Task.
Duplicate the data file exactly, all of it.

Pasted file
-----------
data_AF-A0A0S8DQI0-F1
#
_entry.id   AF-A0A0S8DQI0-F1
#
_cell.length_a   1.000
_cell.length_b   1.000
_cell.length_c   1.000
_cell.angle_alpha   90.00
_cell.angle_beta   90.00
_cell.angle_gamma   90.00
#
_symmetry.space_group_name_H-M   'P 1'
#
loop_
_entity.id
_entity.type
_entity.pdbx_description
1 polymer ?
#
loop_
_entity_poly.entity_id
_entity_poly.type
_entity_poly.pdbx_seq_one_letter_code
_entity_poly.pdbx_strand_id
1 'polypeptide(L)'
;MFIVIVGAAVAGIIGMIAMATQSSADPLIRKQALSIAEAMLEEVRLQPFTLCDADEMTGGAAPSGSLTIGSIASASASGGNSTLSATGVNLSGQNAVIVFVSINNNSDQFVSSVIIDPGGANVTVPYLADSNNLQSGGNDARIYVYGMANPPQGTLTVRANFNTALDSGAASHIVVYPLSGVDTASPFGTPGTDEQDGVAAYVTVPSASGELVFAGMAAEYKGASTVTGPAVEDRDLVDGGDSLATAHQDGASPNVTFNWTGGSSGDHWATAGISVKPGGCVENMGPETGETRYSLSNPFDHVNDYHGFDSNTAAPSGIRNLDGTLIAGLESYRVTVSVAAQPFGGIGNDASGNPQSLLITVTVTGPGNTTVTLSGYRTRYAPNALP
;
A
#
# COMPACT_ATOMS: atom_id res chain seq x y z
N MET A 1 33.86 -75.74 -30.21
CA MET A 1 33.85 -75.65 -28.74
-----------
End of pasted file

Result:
data_AF-A0A0S8DQI0-F1
#
_entry.id   AF-A0A0S8DQI0-F1
#
_cell.length_a   1.000
_cell.length_b   1.000
_cell.length_c   1.000
_cell.angle_alpha   90.00
_cell.angle_beta   90.00
_cell.angle_gamma   90.00
#
_symmetry.space_group_name_H-M   'P 1'
#
loop_
_entity.id
_entity.type
_entity.pdbx_description
1 polymer ?
#
loop_
_entity_poly.entity_id
_entity_poly.type
_entity_poly.pdbx_seq_one_letter_code
_entity_poly.pdbx_strand_id
1 'polypeptide(L)'
;MFIVIVGAAVAGIIGMIAMATQSSADPLIRKQALSIAEAMLEEVRLQPFTLCDADEMTGGAAPSGSLTIGSIASASASGGNSTLSATGVNLSGQNAVIVFVSINNNSDQFVSSVIIDPGGANVTVPYLADSNNLQSGGNDARIYVYGMANPPQGTLTVRANFNTALDSGAASHIVVYPLSGVDTASPFGTPGTDEQDGVAAYVTVPSASGELVFAGMAAEYKGASTVTGPAVEDRDLVDGGDSLATAHQDGASPNVTFNWTGGSSGDHWATAGISVKPGGCVENMGPETGETRYSLSNPFDHVNDYHGFDSNTAAPSGIRNLDGTLIAGLESYRVTVSVAAQPFGGIGNDASGNPQSLLITVTVTGPGNTTVTLSGYRTRYAPNALP
;
A
#
# COMPACT_ATOMS: atom_id res chain seq x y z
N MET A 1 33.86 -75.74 -30.21
CA MET A 1 33.85 -75.65 -28.74